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Assigning void

 
 
Jeff Higgins
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      10-14-2012
On 10/13/2012 01:54 AM, Wojtek wrote:
> I can legally do the following:
>
> if (server.getConnectionType() == ConnectionType.ACTIVE)
> ftp.enterLocalActiveMode();
> else
> ftp.enterLocalPassiveMode();
>
> but I want to do:
>
> (server.getConnectionType() == ConnectionType.ACTIVE) ?
> ftp.enterLocalActiveMode() : ftp.enterLocalPassiveMode();
>
> However the compiler insists that I must have an assignment even though
> both ftp methods return void. I would think that the compiler would be
> smart enough to realize that nothing CAN be returned.
>
> Oh yes, I am using Eclipse with Java 7
>
> Thoughts? I mean other than stylistic comments...
>

Summing up.
The kitty tickled is now resting content and secure in her favored JLS.
The poor maligned compiler is only performing as her implementers
have been allowed by the language specifiers.
Stylistically, some would accept the put forth construct; others not.

 
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Lew
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      10-14-2012
On Sunday, October 14, 2012 5:09:31 AM UTC-7, Robert Klemme wrote:
> My memory might be a bit rusty but the definition of "side effect" that
> I learned was that it is a state change not reflected in the result.
> That includes IO for example, even if one could argue that the main
> effect of System.out.println("foo") is to print "foo\n" on the console.
> The definition of "side effect" I have in mind solely deals with a
> distinction important in the context of functional languages. A side
> effect free expression has some properties which go away when side
> effects are introduced (thread safety, stability which has effects on
> analysis of behavior etc.). The introductory paragraph on the Wikipedia
> page nicely sums this:
>
> http://en.wikipedia.org/wiki/Side_ef...ter_science%29


As a term of art, its definition as you state it I cannot dispute.

As a term of common English, a "side" effect is something different from the
stated, explicit purpose.

In medicine they say, "There are no side effects, only effects."

I should have used the term of art, but I was actually saying "side effecty",
not "side effect", even to including the quotes, so I explicitly avoided the
term of art.

I admit I should have used a clearer term, but I was using the term introduced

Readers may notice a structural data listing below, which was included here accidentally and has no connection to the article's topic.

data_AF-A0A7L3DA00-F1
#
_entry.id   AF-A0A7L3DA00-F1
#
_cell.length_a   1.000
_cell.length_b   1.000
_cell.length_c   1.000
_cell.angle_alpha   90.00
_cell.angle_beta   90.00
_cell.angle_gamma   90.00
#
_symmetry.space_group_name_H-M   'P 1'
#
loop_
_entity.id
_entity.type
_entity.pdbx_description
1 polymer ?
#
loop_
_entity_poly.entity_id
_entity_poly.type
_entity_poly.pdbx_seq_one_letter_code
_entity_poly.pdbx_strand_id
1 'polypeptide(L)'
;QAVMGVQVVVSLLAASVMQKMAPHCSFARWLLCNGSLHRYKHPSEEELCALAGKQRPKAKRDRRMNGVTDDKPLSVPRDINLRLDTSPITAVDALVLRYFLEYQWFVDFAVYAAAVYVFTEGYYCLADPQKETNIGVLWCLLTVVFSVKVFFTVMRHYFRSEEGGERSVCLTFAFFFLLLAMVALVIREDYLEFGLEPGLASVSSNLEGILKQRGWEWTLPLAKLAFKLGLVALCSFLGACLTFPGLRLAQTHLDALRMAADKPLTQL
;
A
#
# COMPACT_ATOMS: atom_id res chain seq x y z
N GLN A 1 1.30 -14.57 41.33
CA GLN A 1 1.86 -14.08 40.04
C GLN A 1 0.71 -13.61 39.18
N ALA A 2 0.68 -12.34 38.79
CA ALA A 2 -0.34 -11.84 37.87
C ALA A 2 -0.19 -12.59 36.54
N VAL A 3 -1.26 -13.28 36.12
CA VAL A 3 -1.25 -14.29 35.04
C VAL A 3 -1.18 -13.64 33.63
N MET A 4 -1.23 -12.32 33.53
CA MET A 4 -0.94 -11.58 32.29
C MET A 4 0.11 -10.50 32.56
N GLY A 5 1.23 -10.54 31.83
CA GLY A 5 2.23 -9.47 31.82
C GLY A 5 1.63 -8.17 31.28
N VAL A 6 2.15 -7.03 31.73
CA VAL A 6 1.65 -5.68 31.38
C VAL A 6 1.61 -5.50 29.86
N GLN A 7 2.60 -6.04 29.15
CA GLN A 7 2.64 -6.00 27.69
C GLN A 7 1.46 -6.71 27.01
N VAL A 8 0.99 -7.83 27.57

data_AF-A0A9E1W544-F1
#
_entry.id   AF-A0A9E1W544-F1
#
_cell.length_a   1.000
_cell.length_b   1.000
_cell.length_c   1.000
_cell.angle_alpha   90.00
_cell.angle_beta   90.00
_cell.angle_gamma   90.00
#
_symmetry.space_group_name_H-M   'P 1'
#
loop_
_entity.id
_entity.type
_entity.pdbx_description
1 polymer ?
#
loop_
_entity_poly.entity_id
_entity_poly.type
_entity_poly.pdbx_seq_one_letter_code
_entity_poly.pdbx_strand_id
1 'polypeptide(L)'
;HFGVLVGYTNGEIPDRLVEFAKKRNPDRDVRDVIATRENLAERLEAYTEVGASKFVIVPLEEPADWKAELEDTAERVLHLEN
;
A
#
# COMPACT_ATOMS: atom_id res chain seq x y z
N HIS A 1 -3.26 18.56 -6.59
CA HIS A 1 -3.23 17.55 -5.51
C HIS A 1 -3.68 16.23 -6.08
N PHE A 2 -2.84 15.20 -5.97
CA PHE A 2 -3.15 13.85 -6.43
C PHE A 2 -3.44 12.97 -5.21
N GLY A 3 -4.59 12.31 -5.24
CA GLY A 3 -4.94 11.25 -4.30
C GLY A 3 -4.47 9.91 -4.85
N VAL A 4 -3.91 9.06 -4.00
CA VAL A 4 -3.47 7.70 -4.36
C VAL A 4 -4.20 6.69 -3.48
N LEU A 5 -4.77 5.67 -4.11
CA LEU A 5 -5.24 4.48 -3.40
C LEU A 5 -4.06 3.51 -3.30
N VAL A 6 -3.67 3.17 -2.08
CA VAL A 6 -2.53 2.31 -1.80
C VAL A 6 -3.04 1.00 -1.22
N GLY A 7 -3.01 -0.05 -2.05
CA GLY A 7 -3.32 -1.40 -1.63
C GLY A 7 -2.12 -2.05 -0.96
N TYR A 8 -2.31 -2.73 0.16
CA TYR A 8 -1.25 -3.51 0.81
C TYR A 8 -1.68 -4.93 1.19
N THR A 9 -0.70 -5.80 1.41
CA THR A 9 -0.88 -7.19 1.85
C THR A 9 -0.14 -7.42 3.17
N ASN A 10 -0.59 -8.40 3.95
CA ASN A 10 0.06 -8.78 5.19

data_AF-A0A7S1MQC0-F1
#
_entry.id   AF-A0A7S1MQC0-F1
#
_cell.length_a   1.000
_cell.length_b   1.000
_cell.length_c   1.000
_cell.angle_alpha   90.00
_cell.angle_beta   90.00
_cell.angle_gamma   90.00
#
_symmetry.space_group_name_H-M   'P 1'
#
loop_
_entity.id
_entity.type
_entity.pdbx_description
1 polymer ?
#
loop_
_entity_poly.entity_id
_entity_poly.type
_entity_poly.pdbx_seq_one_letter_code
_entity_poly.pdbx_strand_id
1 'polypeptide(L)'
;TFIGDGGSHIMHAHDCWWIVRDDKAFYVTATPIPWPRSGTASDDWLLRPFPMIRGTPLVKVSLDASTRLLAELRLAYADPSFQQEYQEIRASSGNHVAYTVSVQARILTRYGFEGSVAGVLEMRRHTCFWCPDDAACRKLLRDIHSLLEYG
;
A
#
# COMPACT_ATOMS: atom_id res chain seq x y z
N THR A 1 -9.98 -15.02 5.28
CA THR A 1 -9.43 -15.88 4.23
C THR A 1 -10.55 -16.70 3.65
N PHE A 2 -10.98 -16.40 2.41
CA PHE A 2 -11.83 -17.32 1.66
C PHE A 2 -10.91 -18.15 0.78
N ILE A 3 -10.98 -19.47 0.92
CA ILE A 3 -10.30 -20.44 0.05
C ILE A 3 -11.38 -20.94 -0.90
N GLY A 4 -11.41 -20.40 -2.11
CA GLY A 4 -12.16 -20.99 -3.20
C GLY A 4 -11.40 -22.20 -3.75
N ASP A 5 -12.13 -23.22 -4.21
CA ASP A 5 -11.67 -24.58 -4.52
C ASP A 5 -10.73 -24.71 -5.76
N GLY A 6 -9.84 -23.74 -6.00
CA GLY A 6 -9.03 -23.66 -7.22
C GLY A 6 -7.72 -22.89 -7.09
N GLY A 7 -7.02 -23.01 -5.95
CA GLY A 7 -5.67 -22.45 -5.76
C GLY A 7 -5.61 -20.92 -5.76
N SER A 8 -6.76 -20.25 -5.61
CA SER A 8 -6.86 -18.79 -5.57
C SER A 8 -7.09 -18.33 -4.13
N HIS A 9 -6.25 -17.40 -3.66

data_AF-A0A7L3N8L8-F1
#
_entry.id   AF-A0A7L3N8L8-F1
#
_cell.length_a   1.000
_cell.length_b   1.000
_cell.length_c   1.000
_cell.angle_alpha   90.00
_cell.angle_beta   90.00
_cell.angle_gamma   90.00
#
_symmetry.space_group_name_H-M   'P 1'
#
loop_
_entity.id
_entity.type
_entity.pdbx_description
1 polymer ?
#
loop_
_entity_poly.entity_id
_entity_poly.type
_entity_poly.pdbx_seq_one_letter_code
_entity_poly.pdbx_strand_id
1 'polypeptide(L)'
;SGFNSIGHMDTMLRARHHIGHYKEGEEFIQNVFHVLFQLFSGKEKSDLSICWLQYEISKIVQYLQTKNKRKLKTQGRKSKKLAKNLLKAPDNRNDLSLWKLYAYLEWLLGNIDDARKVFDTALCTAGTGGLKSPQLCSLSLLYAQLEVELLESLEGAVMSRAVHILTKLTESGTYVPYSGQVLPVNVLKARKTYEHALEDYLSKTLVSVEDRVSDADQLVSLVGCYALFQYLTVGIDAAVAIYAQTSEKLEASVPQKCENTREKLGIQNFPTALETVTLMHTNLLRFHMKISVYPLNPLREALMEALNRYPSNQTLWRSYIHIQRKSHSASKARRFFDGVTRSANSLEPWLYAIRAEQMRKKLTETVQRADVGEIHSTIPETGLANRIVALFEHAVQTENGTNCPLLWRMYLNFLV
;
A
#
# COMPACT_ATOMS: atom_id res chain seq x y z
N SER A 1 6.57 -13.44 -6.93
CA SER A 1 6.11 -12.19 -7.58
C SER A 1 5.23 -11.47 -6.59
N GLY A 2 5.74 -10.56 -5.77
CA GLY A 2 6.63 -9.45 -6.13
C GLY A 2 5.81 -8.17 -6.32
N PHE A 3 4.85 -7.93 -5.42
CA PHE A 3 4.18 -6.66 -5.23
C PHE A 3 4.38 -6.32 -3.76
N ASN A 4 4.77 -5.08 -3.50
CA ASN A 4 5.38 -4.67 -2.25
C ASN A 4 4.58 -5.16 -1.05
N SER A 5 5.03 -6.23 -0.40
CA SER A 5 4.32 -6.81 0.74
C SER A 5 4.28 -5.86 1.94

in the post to which I responded.

My point is that assignment isn't a "side effect" (ordinary English) of
auto-increment, but the intended effect. In the context of why assignment and
its siblings can constitute a statement, but not '?:' or '+', it makes sense.

Thank you for distinguishing this from the term of art.

--
Lew
 
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Gene Wirchenko
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      10-15-2012
On Sat, 13 Oct 2012 21:01:34 -0400, Jeff Higgins
<(E-Mail Removed)> wrote:

>>> On 10/13/2012 03:38 PM, Lew wrote:

>
>>>> Whether it could have been, the history of the ternary ?: operator has
>>>> been solely as an expression,

> From what I gather from this thread so far
>there is no technical reason for not being able
>to share the ?: syntax between the conditional
>operator and an if-then-else statement.
>If Larry Ellison walked into the shop Monday
>morning and announced "I would like a
>'boolean expression ? block : block' syntax
>in the Java language" he would not be met with
>a chorus of "It cannot be done".


So what?

If he walked into the shop and announced that he was going to
hang himself, the same would apply.

Sincerely,

Gene Wirchenko
 
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Gene Wirchenko
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      10-15-2012
On Sat, 13 Oct 2012 14:16:43 -0700, Wojtek <(E-Mail Removed)> wrote:

>Lew wrote :
>> First of all, asking unanswerable
>> questions is not /per se/ trolling.

>
>I have always considered "trolling" to be making an obnoxious post
>which is designed to inflame someone into making a contradictory post.
>Hopefully many someones.
>
>Asking a "quiet" question which may/may not be answerable is hardly
>trolling.


No. It is not whether the question is quiet or not that
determines whether the post is trolling; it is the desired effect that
determines.

>Or, I am not trying to kick the cat, just tickle it a little.


Fluffy says, "Scratch behind my right ear, please."

Sincerely,

Gene Wirchenko
 
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Jukka Lahtinen
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      10-15-2012
Lew <(E-Mail Removed)> writes:

> 'if' is two keys plus 'then' is four for six keys. '?' is two keys.
> 'else' is four keys, ':' is two.


But 'then' is not Java.

> Advantage: '?:' ten to four.
> But for clarity, most ternary expressions require a pair of parentheses,